Friday, August 31, 2007

Thai Weekend Part I: Thai BBQ Chicken with Red Curry Sauce and Jasmine Rice

This weekend, I've decided, is to be all about thai food. And for this first installment of "Thai Weekend," I tried my hand at a red curry. Now, it should be noted, I have no experience with red curry, other than eating it from the many take out shops in my neighborhood. Not that that should stop me from having a go at it, of course... but I invite any advice and/or criticism from those of you who might actually know something about thai cuisine. My lack of knowledge in this area notwithstanding, here's what I did:

First, I made the red chili paste. I based this on a recipe I found on the Epicureous website, with a few adjustments of my own, of course.

The Ingredients:

15 dried hot red chiles, halved and seeds discarded
4 tsp coriander seeds
2 tsp cumin seeds
2 fresh lemongrass stalks, 1 layer of outer leaves discarded, finely chopped
1 tsp whole black peppercorns
4 tsp peeled and finely chopped galangal
Zest and juice of one lime
2 Tbsp chopped fresh cilantro stems
3 large shallots, minced
4 cloves garlic, miced
20 small thai chiles (or 10 serrano chiles), finely chopped
2 tsp shrimp paste
I Tbsp fish sauce
1 Tbsp palm sugar
1/2 tsp salt

The Process:

Chop the dried chiles into 1/4 inch pieces and reconstitute them in some warm water for about 30 minutes.

While the chiles are soaking, toast the coriander and cumin seeds in a skillet over medium heat for 5 minutes.

Grind the coriander, cumin and peppercorns with a large mortar and pestle into a fine powder. Add the lemongrass, galangal, lime zest, cilantro, shallots, garlic, palm sugar, fresh chiles, and soaked dried chiles. Grind all of this in the mortar until a loose paste is formed. Add shrimp paste, fish sauce, lime juice and salt. Continue to mash to a relatively smooth consistency. The final outcome will look something like this:

With the curry paste done, you can turn your attention to the chicken. You're going to want to butterfly the chicken, which is done thusly:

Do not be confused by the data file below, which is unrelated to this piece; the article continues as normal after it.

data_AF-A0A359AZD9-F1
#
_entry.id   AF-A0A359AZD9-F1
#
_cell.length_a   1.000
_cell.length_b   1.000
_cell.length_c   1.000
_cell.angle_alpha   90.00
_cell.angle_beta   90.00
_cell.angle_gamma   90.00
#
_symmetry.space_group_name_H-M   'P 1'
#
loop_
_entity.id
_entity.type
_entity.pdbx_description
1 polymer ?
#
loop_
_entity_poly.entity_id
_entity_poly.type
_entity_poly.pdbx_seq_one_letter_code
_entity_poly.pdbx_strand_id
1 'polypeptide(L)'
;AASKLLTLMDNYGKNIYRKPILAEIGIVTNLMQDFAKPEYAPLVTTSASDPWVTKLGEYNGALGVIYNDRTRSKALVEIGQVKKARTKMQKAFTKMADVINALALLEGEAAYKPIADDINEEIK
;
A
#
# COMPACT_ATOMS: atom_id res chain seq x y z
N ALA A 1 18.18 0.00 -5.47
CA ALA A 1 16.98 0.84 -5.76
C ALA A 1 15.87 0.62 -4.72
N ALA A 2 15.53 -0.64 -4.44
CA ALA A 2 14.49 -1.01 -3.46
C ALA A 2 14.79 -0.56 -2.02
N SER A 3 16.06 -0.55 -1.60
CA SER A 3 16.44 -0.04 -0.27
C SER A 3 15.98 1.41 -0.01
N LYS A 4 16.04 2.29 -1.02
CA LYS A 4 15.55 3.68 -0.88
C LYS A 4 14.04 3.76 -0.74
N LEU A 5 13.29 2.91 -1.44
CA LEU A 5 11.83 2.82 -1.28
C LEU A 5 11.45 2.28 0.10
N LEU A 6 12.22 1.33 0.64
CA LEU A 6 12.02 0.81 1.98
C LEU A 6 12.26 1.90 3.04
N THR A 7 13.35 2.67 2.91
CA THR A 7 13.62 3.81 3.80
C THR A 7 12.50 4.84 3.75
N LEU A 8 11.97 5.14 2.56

With your chicken placed backside up on the cutting board, cut through the ribs along either side of the backbone with a good (or bad) pair of kitchen shears:

Pull out the backbone, turn the chicken over, and spread it out on the cutting board. Cut along each side of the keel bone and remove:

With the keel bone removed, turn the chicken back over and, using your fingers, separate the skin from the breast and thigh meat:

Evenly distribute some of the red curry paste under the skin of each breast and thigh (about one teaspoon per breast, and one teaspoon per thigh). Now you're ready to grill this bad girl. Place your bird on the grill, skin side down, over medium direct heat. Some of the fat underneath the skin will drip down onto the heating elements (or coals), causing an occasional flare-up. Adjust the heat accordingly (you don't want your chicken to catch on fire...). Leave the bird in this position just until it has some nice grill marks. When you flip the bird over it will look like this:

Continue to cook the bird, underside down. Your chicken will be done once a temperature of 150F is achieved at the breast (check the temperature of the thigh opposite the breast you checked as well; it should be a bit higher). Now it should be noted that the USDA recommends cooking chicken to 170F. However, breast meat begins to toughen at 155F. So as long as the juices are running clear, well, to Hell with the USDA. Live dangerously, my friends!

Now is the time to bring the bird inside and carve it up. First, remove each thigh and leg:

With the keel bone removed, separating the breasts is a snap:

Once your chicken is fully deconstructed, place the parts on a sheet pan, cover them with foil, and place into an oven at low heat to keep them warm. Put 1 cup of Jasmine rice and 1-1/4 cup of water into a saucepan and bring to a boil. Turn the heat down to low, and cook the rice for 30 minutes. While this is happening, preapre your sauce: Saute one shallot, finely diced, over medium heat in a bit of butter for several minutes, until it just turns translucent. Add one clove of garlic, minced, and continue to saute for one minute. Add one cup of coconut milk and two teaspoons of curry paste. Bring to a boil, reduce heat to medium low, and cook this down until it begins to thicken up.

Plate chicken quarters, add rice and drizzle with the sauce, as per the photo up top.

I should warn you: The end result of this will be hot. STUPID hot. FECKLESS IDIOT hot. If you're not accustomed to spicy food, scrap this whole endeavor and make yourself some Mac & Cheese. But if you're down with serious thai food, this is a recipe I think you'll be happy with. Enjoy!

1 comment:

Anonymous said...

Think I'll go with the Mac and Cheese...
Aside from the chicken being too hot for me, I'm too lazy to go to all that trouble! LGS